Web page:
Innovations from Supermicro and AMD Help Create Visual Effects for Blur Studio

Blur Studio calculated it could replace a competitor's 500-node server farm with just 56 Supermicro A+ servers equipped with AMD EPYC™ CPUs, getting equivalent processing power.

  • September 1, 2022 | Author: David Strom
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The latest computer graphics images in movies and TV require the latest computing innovations. The scenes are getting more realistic, and that means taking advantage of Supermicro A+ computers using AMD EPYC™ 7742 CPUs with 64 cores, 129 threads and loads of DDR4 memory. “These have the necessary horsepower to render the visual effects,” said Shawn Wallbridge, the head of IT for Blur Studio.


Blur is a major animation and visual effects house begun by Tim Miller, the director of “Deadpool.” The studio has produced game cinematics, commercials and complex visuals such as scenes for the latest Halo Wars, League of Legion and “Terminator: Dark Fate.”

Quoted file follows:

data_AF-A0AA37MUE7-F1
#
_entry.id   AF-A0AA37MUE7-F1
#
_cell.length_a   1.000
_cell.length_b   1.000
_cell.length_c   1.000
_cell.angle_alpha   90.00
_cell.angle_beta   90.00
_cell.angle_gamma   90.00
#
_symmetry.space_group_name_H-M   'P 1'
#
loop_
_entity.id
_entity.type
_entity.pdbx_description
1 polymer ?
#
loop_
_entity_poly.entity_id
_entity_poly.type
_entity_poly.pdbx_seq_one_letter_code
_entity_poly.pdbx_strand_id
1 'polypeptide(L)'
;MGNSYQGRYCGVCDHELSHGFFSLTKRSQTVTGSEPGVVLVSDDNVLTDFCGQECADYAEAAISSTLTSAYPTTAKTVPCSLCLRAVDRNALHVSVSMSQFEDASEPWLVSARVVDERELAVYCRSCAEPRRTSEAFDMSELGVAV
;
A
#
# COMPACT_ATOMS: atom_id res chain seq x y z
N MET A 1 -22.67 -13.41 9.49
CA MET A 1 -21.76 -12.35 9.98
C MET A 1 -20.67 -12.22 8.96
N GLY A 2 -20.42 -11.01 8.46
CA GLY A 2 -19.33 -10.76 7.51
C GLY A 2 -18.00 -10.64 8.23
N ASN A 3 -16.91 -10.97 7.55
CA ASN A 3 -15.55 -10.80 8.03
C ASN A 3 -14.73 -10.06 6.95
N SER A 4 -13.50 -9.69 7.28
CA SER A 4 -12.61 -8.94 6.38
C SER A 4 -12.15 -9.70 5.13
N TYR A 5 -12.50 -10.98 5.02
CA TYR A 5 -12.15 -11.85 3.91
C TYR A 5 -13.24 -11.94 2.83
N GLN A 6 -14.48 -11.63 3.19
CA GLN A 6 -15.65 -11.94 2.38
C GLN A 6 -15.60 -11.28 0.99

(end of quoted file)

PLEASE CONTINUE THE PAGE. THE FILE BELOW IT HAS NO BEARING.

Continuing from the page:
Animation can benefit from AMD’s advanced CPUs with higher core densities and clock speeds, supporting higher frame rates and scene interactions.


Blur originally used a 500-node server farm with a competitor’s CPUs. It switched to the AMD EPYC™ processors when it had to work on three very demanding films concurrently. Rendering times that previously would have taken 75 hours to complete took only 10 hours with the AMD EPYC™ CPU-powered computers. There were also significant workflow improvements because the graphic artists could see the results overnight rather than having to wait days. Blur was able to create more complex action scenes that were both frenetic and highly believable to audiences.


The studio calculated it could provide the equivalent processing power by replacing its 500-node server farm with just 56 Supermicro A+ servers equipped with AMD EPYC™ CPUs. Additional advantages included lower software licensing fees, reduced power consumption and lower cooling expenses.


“Considering the CPU marketplace right now, there is just no competition. It’s just mind blowing how fast the effects are,” said Blur's Wallbridge.


For more information about this story, see the AMD case study on Blur Studio.


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